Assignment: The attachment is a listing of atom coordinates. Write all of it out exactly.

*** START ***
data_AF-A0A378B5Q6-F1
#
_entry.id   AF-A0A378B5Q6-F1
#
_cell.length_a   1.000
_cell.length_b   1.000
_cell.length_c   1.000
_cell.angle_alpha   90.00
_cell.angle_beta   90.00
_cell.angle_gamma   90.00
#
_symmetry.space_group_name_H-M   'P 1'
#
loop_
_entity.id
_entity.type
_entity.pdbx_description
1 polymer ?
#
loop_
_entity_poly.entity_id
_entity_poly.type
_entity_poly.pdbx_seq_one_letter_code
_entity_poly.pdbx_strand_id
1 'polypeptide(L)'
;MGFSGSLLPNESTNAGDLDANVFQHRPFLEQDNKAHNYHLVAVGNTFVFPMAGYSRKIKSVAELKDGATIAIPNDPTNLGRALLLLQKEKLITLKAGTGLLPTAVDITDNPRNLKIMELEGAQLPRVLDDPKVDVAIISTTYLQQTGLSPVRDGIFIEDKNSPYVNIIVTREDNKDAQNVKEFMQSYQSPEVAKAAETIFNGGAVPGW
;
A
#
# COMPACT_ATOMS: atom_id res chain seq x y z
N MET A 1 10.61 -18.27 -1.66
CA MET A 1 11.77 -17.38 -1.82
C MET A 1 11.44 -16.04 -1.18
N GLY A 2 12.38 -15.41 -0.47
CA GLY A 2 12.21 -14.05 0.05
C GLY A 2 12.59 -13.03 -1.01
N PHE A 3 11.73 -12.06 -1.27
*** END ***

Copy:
data_AF-A0A378B5Q6-F1
#
_entry.id   AF-A0A378B5Q6-F1
#
_cell.length_a   1.000
_cell.length_b   1.000
_cell.length_c   1.000
_cell.angle_alpha   90.00
_cell.angle_beta   90.00
_cell.angle_gamma   90.00
#
_symmetry.space_group_name_H-M   'P 1'
#
loop_
_entity.id
_entity.type
_entity.pdbx_description
1 polymer ?
#
loop_
_entity_poly.entity_id
_entity_poly.type
_entity_poly.pdbx_seq_one_letter_code
_entity_poly.pdbx_strand_id
1 'polypeptide(L)'
;MGFSGSLLPNESTNAGDLDANVFQHRPFLEQDNKAHNYHLVAVGNTFVFPMAGYSRKIKSVAELKDGATIAIPNDPTNLGRALLLLQKEKLITLKAGTGLLPTAVDITDNPRNLKIMELEGAQLPRVLDDPKVDVAIISTTYLQQTGLSPVRDGIFIEDKNSPYVNIIVTREDNKDAQNVKEFMQSYQSPEVAKAAETIFNGGAVPGW
;
A
#
# COMPACT_ATOMS: atom_id res chain seq x y z
N MET A 1 10.61 -18.27 -1.66
CA MET A 1 11.77 -17.38 -1.82
C MET A 1 11.44 -16.04 -1.18
N GLY A 2 12.38 -15.41 -0.47
CA GLY A 2 12.21 -14.05 0.05
C GLY A 2 12.59 -13.03 -1.01
N PHE A 3 11.73 -12.06 -1.27